As a dad, something I’ve seen in sports that concerns me is kids getting pushed at a young age — as early as age 10 or 12 — to specialize and only play one sport all year round. Sports, especially for young people, are meant to be fun and build skills like teamwork and decision-making. That gets lost when we put pressure on kids to focus on becoming really good at only one thing. Kids should be free to explore different sports if they so choose — but, if they really love one sport and want to specialize, that’s their choice too. I don’t think parents are doing enough to give kids that freedom of choice, and these early-career moments for athletes really impact them down the line when they become adults.

I also think, on the professional level, that sports have become too big of a business machine — it’s often more about the TV contracts, merchandising, sponsorships and ticket sales rather than the game or the athletes. The U.S. Women’s National Soccer team is a great example. The women are world champions and Olympic gold medalists but they get far less airtime, marketing attention and compensation than their male counterparts or other athletes from other sports. This has shifted a bit in recent years but it’s still not enough.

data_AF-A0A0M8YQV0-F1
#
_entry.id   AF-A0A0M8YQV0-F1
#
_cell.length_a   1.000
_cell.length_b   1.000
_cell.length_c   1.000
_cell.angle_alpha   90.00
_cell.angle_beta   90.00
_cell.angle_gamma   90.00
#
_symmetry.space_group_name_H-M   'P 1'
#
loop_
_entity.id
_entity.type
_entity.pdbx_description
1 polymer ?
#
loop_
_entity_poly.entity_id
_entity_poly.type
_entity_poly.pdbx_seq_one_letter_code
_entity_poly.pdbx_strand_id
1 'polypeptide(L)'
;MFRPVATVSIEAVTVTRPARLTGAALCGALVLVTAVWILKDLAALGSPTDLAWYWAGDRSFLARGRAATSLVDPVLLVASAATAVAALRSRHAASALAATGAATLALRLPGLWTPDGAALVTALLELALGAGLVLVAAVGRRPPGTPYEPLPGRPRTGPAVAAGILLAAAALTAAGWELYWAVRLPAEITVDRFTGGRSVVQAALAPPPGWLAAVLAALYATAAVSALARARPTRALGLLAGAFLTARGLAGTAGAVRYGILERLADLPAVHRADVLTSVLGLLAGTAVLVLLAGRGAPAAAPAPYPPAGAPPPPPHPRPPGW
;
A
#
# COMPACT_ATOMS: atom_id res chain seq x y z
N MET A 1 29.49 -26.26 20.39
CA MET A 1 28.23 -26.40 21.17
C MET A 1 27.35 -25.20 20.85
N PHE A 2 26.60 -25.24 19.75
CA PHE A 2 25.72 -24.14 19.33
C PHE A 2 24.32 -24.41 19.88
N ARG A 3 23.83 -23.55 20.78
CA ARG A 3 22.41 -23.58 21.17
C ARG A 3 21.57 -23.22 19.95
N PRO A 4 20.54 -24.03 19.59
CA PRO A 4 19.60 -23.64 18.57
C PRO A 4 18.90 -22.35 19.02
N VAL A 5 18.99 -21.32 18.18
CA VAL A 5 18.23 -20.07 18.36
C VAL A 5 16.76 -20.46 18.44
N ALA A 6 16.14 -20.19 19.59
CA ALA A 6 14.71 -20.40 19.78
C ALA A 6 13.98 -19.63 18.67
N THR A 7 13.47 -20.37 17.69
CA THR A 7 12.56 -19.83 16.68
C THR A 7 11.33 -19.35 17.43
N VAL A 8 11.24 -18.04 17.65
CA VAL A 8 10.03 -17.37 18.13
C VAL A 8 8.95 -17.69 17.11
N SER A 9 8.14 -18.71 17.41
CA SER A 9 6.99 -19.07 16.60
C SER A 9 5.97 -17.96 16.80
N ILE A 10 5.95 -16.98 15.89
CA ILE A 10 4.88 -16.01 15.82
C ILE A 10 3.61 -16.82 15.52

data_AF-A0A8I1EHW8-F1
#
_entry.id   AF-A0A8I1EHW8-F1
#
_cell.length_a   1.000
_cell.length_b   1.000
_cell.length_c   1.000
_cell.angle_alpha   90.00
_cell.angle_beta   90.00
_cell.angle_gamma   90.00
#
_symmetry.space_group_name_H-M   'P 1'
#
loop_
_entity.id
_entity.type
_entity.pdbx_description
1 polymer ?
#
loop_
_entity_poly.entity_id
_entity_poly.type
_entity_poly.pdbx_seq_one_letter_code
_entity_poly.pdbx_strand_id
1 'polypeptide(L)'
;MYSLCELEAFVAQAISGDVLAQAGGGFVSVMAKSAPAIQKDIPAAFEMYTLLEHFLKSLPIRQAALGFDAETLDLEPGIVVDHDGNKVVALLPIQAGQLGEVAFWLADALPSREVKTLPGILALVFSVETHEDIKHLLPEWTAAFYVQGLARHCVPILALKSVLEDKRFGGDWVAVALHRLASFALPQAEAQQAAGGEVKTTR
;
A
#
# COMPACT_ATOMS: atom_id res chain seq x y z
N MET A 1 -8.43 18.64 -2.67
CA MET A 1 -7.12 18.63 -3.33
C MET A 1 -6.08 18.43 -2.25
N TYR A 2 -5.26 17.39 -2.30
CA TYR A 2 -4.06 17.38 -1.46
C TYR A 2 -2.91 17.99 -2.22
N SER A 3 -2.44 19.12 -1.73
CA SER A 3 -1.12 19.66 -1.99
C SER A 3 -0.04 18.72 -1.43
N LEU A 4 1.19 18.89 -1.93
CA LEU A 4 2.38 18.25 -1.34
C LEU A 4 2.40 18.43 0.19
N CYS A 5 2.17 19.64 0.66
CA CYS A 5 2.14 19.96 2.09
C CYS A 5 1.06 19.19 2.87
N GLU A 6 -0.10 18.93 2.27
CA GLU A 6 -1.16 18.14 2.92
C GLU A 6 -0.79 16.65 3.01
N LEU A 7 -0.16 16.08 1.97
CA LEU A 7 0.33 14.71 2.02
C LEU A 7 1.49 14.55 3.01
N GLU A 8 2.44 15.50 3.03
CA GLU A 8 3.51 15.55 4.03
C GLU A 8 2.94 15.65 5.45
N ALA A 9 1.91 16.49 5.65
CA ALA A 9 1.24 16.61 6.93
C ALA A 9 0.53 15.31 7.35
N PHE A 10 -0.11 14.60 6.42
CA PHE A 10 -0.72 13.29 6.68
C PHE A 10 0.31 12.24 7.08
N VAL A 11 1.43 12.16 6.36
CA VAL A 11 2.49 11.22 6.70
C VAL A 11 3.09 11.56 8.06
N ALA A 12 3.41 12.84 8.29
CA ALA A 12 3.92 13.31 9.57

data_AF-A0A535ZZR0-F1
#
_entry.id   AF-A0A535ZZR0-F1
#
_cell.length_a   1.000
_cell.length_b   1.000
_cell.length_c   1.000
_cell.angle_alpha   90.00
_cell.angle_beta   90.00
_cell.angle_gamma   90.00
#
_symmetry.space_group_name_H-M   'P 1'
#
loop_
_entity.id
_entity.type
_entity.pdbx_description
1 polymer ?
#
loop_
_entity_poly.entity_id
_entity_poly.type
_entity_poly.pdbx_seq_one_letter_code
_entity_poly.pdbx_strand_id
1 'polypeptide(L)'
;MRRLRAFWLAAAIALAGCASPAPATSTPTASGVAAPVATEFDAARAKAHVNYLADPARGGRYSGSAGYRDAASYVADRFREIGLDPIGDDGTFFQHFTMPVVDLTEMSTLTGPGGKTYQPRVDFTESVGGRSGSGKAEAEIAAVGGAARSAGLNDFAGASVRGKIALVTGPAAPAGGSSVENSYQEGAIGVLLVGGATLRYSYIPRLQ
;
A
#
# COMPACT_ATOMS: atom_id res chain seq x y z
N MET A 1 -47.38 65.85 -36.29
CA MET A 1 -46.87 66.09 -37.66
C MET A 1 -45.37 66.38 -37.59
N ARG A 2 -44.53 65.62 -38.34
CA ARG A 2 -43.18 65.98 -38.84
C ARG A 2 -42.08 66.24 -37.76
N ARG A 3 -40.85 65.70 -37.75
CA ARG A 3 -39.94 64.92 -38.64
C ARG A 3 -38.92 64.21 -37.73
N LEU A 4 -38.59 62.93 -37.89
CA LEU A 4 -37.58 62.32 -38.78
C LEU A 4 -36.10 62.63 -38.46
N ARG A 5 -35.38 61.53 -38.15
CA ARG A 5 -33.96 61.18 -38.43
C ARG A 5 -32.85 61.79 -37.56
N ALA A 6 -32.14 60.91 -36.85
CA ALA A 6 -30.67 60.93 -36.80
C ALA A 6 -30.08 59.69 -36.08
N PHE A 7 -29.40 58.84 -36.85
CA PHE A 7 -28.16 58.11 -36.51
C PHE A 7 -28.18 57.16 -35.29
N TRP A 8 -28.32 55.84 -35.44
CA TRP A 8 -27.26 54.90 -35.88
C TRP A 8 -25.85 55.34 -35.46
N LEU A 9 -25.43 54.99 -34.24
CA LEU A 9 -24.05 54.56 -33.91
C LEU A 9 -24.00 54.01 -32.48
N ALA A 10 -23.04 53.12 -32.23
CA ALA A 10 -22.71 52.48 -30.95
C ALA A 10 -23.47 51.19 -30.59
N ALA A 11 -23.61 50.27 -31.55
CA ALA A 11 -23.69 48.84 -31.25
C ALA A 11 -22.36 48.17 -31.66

In tandem, I think the business machine is making the fan side of sports too expensive. It’s getting harder and less affordable for the everyman or everywoman to experience the games live, have the jerseys, and now even watch on TV with the new, expensive sports streaming subscriptions. Being a true sports fan almost breaks the bank today, and that needs to change. Sports should be for the people. The industry as a whole should really look at how to drive the cost down for people to attend or watch sports.

What are your “5 Things I Wish Someone Told Me Before I Started” and why? (Please share a story or example for each.)

5 Things I Wish Someone Told Me Before I Started:

The real world applications of science and math that was taught in high school and college;

The first job you choose has a massive impact on the path you later take;